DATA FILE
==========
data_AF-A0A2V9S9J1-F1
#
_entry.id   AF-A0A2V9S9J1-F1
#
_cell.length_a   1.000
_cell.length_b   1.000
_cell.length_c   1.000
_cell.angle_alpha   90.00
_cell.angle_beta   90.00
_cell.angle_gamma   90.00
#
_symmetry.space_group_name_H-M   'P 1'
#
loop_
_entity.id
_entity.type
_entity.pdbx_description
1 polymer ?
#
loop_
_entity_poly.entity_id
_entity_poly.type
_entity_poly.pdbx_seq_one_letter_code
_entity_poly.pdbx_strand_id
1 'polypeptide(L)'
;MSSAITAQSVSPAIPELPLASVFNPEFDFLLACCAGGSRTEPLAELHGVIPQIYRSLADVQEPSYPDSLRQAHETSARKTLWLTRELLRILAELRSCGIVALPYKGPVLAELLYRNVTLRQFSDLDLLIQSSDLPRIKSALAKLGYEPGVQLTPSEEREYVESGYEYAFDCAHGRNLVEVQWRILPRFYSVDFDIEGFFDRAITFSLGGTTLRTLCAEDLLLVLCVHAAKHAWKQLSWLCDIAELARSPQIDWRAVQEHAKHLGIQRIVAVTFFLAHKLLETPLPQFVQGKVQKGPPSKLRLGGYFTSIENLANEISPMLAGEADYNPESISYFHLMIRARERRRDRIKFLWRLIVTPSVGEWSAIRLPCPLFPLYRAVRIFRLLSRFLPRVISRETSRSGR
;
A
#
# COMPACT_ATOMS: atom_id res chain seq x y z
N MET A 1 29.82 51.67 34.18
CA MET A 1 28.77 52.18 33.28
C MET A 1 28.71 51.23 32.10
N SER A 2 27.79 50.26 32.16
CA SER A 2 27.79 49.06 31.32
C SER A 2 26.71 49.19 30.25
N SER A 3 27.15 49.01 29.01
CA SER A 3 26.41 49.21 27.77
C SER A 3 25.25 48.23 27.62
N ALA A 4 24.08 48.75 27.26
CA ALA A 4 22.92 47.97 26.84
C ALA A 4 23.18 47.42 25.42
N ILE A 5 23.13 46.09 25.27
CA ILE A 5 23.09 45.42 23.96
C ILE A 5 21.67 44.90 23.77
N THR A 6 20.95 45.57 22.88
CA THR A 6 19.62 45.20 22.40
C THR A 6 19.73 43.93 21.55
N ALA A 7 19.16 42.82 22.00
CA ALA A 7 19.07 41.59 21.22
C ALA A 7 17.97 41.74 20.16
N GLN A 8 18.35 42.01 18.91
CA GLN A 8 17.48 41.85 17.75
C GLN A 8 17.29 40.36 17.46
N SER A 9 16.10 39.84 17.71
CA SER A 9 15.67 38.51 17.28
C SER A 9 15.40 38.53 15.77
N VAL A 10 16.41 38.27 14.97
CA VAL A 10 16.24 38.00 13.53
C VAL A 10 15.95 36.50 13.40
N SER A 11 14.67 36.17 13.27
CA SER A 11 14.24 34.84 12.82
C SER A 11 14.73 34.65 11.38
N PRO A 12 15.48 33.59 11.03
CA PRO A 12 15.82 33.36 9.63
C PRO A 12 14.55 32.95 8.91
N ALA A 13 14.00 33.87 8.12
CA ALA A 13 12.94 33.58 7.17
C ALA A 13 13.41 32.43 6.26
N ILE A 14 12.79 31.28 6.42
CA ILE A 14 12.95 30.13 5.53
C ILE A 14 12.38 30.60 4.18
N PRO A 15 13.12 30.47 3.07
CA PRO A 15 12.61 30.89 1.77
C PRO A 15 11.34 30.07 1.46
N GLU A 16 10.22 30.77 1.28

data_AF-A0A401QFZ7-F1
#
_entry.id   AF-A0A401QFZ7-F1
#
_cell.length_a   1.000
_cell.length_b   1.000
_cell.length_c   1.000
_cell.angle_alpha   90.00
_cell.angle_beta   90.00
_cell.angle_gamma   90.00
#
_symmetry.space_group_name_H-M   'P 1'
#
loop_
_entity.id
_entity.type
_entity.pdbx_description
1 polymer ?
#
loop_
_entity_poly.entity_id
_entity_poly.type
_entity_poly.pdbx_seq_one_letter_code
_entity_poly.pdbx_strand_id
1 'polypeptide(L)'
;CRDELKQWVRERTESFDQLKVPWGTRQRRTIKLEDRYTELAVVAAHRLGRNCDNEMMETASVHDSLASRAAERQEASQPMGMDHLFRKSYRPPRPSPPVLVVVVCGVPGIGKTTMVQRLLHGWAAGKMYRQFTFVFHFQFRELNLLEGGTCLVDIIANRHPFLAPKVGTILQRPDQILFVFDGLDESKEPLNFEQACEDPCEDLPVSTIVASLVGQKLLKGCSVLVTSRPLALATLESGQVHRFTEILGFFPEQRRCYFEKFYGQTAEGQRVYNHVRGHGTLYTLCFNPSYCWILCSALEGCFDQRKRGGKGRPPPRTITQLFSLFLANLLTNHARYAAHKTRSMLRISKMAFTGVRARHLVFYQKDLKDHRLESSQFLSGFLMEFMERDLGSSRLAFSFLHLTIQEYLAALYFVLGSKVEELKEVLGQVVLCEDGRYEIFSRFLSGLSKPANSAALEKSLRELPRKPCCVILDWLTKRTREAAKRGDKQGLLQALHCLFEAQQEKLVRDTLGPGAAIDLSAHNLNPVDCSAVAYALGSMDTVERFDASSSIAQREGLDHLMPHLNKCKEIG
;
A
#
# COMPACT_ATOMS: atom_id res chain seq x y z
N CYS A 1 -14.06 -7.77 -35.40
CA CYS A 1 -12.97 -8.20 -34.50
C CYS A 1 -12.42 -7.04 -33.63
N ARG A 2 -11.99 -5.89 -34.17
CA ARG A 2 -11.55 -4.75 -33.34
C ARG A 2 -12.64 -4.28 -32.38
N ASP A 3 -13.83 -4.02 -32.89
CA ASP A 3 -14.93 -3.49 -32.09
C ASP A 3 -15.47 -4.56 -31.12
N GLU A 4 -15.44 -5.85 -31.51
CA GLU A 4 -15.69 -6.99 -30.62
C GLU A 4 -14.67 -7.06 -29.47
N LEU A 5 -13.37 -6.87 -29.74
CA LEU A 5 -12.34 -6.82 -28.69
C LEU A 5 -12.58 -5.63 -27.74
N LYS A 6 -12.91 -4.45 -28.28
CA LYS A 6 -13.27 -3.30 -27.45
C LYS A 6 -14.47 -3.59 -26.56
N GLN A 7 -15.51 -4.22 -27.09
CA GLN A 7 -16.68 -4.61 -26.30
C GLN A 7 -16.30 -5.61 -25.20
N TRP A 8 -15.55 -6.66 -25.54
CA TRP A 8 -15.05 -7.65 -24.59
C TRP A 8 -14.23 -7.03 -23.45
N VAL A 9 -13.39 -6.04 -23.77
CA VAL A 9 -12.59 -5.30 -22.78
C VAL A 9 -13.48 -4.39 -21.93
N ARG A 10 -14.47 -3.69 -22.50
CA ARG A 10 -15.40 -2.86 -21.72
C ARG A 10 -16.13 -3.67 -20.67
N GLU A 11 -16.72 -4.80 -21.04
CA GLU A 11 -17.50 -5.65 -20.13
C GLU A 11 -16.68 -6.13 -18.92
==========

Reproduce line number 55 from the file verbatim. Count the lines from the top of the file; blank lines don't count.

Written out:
N SER A 9 16.10 39.84 17.71